I don’t have a lot of love for CCM these days. One of the reasons for my growing cynicism toward CCM is the view held by many evangelicals and CCM promoters that Christians must glorify God in all things, including the music they listen to. But apart from Christ, the human heart is thoroughly corrupt (Jeremiah 17:9 and other places in the Old Testament); ergo, it is impossible for an unbeliever to glorify God. Ergo, it is impossible for anyone outside the CCM establishment to glorify God with their music. Ergo, Christians must not listen to anything outside of CCM.
As a result of this, many CCM artists were marketed by setting them up in relation to well-known secular artists that they sound like. Focus on the Family actually went to the trouble to put out a chart listing which CCM artists sound like which secular artists (i. e. if you like Pearl Jam then you will like Third Day, if you like Sheryl Crow then you will like Susan Ashton…you get the idea). If you have shopped at a Christian bookstore you may have seen one of these somewhere along the line. I pushed back from this, saying basically: “Since when does the fact that I am a Christian mean that I am required to listen to Third Day instead of Green Day? Toby Mac instead of Toby Keith? Margaret Becker instead of Beck? Sonic Flood instead of Sonic Youth? Lincoln Brewster instead of Linkin Park? If I want to listen to Pearl Jam, then I will listen to Pearl Jam, not some CCM copycat trying to sound like Pearl Jam. If I want to listen to Sheryl Crow, then I will listen to Sheryl Crow. And if I want to listen to the Spice Girls, then I will listen to Abba, because if not for them the Spice Girls would never have been possible in a million years.”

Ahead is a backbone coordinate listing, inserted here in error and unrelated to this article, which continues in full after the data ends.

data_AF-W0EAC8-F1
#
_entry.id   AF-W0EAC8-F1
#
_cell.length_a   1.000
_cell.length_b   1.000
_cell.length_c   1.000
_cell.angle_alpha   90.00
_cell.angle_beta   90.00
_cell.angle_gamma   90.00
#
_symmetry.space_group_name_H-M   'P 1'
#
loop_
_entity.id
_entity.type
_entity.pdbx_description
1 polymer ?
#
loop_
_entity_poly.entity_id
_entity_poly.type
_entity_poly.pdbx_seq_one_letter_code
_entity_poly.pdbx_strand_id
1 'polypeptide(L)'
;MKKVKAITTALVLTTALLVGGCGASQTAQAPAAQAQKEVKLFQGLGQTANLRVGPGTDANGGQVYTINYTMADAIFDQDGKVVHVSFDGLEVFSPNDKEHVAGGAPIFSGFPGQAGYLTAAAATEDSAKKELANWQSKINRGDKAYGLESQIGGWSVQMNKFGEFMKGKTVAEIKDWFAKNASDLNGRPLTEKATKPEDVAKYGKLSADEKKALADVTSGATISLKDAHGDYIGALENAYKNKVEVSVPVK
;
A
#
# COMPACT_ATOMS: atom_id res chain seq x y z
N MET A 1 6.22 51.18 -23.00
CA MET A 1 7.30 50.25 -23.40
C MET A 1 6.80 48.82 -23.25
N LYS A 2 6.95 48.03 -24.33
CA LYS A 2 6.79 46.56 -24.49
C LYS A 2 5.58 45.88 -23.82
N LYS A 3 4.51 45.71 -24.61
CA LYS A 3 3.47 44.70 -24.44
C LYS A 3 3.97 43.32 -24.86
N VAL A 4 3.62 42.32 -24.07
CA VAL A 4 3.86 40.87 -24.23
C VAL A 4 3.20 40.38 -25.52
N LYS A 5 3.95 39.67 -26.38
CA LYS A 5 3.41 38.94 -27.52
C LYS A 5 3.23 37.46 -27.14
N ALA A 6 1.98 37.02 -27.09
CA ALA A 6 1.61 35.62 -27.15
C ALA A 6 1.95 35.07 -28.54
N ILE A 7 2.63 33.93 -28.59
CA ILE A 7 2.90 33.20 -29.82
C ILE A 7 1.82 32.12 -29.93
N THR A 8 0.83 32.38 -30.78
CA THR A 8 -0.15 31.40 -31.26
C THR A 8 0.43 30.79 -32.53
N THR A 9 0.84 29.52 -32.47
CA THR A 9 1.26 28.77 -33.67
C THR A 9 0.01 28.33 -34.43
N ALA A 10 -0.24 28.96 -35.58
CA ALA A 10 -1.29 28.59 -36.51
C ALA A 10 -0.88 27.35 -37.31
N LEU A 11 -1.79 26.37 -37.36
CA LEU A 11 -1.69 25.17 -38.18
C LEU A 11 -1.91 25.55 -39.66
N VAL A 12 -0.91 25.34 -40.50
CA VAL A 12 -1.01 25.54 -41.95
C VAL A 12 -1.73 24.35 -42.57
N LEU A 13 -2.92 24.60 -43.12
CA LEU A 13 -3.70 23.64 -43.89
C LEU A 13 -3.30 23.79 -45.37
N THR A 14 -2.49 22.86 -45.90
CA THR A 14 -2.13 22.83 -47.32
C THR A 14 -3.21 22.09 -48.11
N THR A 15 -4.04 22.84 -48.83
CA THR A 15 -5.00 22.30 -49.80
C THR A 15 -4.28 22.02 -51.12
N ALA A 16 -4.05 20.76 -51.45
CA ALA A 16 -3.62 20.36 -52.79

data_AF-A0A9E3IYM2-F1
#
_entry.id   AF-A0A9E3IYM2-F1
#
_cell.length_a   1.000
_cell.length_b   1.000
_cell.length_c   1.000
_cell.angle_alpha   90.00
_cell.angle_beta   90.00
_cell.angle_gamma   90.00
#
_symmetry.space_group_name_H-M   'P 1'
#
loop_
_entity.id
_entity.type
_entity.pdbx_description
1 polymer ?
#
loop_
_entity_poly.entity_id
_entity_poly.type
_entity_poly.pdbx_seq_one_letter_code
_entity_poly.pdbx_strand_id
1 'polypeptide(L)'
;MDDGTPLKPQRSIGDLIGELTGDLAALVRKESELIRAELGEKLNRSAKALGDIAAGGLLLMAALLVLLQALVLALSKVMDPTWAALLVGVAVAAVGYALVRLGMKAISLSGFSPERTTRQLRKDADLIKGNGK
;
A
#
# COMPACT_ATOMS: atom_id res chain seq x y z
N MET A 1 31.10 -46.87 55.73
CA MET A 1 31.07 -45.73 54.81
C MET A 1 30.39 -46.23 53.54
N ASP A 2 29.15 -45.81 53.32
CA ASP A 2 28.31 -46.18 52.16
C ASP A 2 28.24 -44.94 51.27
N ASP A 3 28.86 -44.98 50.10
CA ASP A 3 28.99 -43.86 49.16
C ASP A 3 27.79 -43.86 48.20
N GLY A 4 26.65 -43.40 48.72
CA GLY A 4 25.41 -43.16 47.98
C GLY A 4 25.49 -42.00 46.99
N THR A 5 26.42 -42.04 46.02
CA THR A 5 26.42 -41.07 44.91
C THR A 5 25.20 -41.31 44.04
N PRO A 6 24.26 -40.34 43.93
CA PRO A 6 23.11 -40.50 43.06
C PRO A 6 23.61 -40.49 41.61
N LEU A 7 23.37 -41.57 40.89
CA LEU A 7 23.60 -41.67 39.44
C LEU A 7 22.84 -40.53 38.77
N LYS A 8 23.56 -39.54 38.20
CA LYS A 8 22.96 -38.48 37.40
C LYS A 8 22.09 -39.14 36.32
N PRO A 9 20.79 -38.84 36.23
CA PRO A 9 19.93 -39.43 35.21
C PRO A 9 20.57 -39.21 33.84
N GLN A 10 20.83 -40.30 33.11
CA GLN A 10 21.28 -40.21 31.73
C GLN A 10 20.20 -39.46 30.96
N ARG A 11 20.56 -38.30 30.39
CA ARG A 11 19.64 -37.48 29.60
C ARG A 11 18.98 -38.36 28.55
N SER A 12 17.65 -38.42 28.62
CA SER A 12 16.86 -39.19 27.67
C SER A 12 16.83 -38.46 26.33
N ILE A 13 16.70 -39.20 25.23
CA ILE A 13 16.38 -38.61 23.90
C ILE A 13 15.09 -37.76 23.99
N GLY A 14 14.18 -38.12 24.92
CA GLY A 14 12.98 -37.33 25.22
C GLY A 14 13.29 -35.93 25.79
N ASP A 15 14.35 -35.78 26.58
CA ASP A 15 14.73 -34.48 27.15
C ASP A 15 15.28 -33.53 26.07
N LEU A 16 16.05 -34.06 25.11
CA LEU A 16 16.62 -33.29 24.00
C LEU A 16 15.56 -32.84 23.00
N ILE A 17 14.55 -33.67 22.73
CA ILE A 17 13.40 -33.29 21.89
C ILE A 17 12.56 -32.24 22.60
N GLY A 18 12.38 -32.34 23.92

Okay. Don’t stop me and tell me that I’m living in the wrong decade because most of the groups mentioned in the last paragraph are so 90’s. I already know. Which only serves to underscore the point of how longstanding my cynicism toward CCM has been.
Which brings us to Jennifer Knapp.
I remember seeing Jennifer Knapp on those Focus on the Family charts back when she first started out; she was billed as one that you need to listen to if you like Melissa Etheridge. Turns out, Jennifer Knapp is like Melissa Etheridge in more ways than just the sound of her music. Just this past week, she gave an interview to promote her upcoming album; during the course of this interview she admitted to being in a lesbian relationship.
Some of you may have already heard about this little news item. And some of you are, like me, no doubt anticipating the carnage that will be strewn all over evangelical Protestant-dom by the time this story plays all the way out.
You see, there is a culture of fear within evangelical Protestant-dom concerning homosexuality. To many evangelicals, homosexuality belongs in a special category of sin. The Bible is quite clear on this; there is only one way to think on this issue. The nature of this sin is such that if you are gay, you cannot be a Christian. Anyone who disagrees with this is a rank liberal who is guilty of compromising the Word of God and is probably not a believer.
Come on, people.
Homosexuality is a much more complicated issue than what you may have been led to believe if you have heard the way evangelicals talk about it. So before we go any further, let us clear a few things up: